Appropriately for a junior hockey league in the prairies, there's no quit in the SJHL when it comes to the 2020-21 season. They've put together a team to help communicate their position to the province and coordinate on return-to-play efforts, and the Estevan Bruins will have their voices heard in it.
Bruins head coach and GM Jason Tatarnic is one of four coaches from around the league that make up the task force that communicates with the provincial government. The other three coaches are Scott Barney of the Humboldt Broncos, Doug Johnson of the Nipawin Hawks, and Mike Reagan of the Flin Flon Bombers.
"We had a discussion with the Sask government last Friday," Tatarnic said, "just to see where they're at and kind of pick their brains. So it led to some good discussions. I think we were able to demonstrate or give them some information that they didn't have before about our environment and what a typical day is for our players and how it can be very isolated for them."
In other words, the goal of this group is to explain to the province that the league could return to play in a safe manner and work with health authorities on what that manner might be. The discussion on Friday, according to Tatarnic, led them to several different potential ways forward for the league.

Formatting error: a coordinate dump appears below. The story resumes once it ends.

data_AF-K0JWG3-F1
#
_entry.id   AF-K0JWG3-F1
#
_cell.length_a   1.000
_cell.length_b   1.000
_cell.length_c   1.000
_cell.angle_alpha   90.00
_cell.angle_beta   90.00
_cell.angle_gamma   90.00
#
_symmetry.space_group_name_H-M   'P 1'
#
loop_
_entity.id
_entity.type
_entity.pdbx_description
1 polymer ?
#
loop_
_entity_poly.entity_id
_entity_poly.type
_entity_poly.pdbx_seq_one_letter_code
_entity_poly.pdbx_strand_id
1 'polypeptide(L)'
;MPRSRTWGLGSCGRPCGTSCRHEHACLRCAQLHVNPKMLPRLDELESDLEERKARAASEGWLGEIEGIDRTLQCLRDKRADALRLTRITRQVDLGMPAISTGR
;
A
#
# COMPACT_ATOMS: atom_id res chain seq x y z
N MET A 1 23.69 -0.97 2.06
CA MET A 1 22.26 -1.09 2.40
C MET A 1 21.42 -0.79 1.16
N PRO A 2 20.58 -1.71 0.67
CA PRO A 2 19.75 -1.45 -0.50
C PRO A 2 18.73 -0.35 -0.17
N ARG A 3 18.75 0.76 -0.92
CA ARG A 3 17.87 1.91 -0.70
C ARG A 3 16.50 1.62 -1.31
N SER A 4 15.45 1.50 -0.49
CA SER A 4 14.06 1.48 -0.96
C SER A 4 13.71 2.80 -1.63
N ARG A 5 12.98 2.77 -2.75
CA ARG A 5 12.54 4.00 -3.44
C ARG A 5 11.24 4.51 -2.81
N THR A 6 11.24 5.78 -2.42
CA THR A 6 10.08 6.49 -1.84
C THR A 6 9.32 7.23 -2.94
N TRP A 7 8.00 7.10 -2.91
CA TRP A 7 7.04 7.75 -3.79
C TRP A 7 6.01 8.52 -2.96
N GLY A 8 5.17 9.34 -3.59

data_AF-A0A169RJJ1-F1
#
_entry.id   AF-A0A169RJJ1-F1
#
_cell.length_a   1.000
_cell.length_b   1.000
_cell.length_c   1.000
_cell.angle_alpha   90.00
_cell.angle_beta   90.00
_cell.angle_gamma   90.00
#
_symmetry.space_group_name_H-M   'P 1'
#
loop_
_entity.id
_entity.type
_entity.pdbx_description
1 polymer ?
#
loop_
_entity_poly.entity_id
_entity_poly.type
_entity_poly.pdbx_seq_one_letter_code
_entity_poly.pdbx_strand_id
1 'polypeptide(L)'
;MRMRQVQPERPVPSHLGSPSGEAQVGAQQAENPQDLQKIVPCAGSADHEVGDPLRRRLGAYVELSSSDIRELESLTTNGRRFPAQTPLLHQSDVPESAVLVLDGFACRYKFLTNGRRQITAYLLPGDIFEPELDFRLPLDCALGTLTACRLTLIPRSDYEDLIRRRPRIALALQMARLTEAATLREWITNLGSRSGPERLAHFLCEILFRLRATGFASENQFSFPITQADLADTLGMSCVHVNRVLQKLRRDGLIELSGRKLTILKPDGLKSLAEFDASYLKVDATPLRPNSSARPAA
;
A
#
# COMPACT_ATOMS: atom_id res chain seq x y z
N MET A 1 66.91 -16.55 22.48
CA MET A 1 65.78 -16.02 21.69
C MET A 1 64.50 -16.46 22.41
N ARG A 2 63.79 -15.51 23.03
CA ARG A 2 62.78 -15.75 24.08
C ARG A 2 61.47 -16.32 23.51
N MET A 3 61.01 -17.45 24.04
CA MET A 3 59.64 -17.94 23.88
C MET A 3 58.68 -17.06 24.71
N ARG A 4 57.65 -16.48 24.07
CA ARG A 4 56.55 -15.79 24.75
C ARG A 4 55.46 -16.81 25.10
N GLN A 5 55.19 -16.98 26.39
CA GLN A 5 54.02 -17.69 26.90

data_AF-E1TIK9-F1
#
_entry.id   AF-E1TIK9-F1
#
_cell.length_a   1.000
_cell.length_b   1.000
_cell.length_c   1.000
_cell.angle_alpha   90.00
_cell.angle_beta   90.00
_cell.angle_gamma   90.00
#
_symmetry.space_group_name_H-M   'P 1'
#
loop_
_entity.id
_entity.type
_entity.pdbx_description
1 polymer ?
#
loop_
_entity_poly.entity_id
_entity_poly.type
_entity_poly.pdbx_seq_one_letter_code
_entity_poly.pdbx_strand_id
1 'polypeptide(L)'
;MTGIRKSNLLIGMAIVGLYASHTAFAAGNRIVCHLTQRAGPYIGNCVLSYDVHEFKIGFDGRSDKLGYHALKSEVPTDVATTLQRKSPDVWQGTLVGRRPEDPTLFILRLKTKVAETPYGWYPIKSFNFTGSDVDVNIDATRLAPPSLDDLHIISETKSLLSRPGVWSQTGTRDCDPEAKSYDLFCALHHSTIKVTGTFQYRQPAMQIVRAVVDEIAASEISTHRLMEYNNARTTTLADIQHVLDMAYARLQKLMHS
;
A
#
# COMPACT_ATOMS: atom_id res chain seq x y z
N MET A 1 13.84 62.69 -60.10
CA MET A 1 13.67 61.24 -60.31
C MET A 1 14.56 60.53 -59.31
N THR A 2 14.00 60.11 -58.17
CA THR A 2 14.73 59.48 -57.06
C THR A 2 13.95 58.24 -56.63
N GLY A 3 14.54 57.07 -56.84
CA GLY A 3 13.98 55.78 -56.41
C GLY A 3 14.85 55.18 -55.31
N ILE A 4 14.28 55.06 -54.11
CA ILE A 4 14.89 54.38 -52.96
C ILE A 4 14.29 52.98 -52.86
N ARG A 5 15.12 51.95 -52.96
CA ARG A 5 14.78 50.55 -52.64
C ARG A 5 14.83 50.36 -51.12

"That's the next step, we'll present an option to them," he said. "Then we'll see what they say. If we have to go back to the drawing board then we will. That's where it's at right now."
Tatarnic could not yet share what those options might look like, but did say they were hoping to present one as soon as possible because of how late in the year it was getting. He also said there were some encouraging signs in that first conversation with the government.
"They were receptive and they had an idea of their own too," he said. "It's good to get some direction that way. I can't speak for other teams, or other governors, or even our league president, but my stance is I'm going to do whatever I can to get a season for these players. I'll exhaust every option that we can."
The coaches presented their case to the province by showing just how well-isolated the players could be. None of the Bruins, for example, are attending school in-person and the league as a whole saw just one case of COVID-19 during the months they were operational. That case did not spread and did not originate in the rink.
"We just talked about a typical day for one of our players," Tatarnic said. "The time that they put in at the arena and how isolated they are, what our travel was like. When we went to away games, we came in contact with a bus driver, when we arrived at the rink we didn't come into contact with anyone. We came into contact with 20 other players and officials, and then we left and we were in contact with whoever was delivering our food, and then we were home."
The SJHL and all other hockey leagues have been prohibited from playing games since November 27. Those public health orders have been extended until February 19 by the province as of yesterday.